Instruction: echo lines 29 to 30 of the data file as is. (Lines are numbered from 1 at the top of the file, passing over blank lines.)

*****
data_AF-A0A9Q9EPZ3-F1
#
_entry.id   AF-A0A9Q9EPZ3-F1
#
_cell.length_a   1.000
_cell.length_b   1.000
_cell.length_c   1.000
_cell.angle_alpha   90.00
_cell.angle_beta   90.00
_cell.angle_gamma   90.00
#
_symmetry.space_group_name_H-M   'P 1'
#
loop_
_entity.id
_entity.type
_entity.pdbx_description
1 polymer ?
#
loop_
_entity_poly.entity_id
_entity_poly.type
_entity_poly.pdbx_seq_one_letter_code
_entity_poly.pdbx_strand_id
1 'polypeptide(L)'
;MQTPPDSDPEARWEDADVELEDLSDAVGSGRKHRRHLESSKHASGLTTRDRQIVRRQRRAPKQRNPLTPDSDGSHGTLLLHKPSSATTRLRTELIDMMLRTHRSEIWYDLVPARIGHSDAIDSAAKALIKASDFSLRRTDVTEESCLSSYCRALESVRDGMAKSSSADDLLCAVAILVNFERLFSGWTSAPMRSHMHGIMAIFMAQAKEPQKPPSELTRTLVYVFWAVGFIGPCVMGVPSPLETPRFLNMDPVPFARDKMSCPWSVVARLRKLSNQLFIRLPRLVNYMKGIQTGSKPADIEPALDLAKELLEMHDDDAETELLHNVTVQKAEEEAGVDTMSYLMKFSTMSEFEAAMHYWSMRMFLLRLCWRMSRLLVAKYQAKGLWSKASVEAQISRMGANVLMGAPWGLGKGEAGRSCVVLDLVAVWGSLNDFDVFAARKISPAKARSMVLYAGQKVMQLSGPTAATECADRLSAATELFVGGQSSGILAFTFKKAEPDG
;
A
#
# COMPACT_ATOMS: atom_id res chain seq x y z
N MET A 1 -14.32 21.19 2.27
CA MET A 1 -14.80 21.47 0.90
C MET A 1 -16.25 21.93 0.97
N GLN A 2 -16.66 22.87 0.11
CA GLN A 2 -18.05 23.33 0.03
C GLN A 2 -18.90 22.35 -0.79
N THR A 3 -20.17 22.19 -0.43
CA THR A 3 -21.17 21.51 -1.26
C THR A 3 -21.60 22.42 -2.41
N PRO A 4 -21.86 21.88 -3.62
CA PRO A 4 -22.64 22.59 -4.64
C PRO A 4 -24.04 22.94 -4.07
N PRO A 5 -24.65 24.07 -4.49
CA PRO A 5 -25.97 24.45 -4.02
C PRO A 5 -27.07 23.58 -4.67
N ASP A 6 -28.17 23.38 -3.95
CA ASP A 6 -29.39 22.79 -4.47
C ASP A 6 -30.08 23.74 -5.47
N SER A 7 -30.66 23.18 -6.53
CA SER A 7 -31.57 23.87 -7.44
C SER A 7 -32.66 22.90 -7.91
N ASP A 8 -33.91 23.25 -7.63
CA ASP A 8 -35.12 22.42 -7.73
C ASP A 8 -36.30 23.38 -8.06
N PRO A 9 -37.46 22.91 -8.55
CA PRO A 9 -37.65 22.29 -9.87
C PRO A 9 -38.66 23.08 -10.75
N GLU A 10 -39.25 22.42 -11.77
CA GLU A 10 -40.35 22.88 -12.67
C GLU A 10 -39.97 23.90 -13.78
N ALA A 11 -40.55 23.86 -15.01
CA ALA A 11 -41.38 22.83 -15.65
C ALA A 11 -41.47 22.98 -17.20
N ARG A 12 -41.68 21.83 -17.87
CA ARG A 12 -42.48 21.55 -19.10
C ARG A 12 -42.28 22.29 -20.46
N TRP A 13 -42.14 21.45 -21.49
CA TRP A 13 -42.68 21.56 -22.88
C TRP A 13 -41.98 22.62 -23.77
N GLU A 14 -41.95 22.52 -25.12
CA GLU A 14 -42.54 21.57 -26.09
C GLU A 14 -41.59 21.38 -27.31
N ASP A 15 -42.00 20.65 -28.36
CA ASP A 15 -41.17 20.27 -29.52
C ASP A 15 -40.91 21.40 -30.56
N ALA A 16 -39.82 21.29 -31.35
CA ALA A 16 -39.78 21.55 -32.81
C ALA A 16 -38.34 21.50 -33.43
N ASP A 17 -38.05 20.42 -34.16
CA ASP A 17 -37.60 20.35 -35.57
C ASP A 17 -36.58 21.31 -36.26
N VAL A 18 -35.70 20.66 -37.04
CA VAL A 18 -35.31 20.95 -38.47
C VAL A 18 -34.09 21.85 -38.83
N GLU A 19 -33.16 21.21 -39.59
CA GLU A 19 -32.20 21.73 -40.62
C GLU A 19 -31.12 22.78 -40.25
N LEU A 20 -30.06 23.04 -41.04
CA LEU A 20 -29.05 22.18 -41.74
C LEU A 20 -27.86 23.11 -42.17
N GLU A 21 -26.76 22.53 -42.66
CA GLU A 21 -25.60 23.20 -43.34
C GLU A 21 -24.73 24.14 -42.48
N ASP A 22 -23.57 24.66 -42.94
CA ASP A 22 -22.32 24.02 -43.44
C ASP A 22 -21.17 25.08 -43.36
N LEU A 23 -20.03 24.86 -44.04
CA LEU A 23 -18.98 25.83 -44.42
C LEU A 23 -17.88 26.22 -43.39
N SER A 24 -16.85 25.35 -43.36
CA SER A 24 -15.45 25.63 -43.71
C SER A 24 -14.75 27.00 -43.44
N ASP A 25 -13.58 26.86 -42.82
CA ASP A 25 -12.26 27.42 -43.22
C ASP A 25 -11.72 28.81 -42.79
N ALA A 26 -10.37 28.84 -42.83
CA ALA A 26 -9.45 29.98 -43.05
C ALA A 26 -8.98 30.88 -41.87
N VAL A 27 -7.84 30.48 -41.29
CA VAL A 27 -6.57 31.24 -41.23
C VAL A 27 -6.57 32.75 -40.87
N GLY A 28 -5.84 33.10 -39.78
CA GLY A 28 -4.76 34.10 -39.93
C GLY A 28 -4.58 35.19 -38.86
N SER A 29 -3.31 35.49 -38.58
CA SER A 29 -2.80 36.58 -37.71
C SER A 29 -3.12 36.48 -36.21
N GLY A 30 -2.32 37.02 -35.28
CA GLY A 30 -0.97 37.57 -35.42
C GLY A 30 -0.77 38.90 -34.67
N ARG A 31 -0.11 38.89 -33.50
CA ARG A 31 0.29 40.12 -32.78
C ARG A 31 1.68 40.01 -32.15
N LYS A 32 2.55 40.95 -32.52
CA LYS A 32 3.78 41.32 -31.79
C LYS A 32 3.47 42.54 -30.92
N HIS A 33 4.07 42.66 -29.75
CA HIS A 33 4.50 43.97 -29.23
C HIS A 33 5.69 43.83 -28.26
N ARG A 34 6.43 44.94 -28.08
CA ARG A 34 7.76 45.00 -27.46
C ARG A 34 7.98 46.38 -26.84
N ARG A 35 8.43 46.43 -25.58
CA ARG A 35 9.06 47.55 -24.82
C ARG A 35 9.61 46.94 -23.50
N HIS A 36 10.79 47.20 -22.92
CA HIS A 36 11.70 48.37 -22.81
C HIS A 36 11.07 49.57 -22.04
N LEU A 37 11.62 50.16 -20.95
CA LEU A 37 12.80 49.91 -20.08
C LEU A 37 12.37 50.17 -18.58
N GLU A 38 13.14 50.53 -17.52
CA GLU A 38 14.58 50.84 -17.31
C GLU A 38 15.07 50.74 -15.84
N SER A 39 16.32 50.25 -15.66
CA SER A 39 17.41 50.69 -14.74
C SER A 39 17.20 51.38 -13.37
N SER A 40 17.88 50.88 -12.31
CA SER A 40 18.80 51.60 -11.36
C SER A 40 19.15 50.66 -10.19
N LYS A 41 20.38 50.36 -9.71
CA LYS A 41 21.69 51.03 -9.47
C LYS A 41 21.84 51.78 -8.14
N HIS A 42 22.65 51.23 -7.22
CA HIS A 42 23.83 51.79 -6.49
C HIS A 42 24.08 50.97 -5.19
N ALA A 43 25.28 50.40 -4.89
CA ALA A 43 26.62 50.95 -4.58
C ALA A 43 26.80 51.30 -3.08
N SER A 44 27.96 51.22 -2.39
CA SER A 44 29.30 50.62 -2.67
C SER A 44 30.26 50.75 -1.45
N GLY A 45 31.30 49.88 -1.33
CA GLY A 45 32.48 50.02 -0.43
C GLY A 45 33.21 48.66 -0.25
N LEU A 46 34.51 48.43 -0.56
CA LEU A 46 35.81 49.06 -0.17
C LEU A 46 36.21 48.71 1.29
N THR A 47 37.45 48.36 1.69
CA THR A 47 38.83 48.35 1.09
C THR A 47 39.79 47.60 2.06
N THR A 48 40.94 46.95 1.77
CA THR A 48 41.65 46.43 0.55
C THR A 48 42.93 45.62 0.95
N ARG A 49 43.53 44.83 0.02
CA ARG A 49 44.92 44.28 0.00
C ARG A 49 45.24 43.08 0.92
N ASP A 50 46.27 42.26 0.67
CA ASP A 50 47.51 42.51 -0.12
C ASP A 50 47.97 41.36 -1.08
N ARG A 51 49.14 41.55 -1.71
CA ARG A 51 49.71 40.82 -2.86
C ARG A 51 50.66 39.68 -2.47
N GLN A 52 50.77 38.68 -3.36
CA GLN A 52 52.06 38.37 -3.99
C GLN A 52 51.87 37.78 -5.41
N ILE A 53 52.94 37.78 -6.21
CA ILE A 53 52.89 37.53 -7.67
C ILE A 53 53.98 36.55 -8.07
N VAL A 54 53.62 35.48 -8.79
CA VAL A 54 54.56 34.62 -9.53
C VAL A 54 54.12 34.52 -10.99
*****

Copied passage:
#
# COMPACT_ATOMS: atom_id res chain seq x y z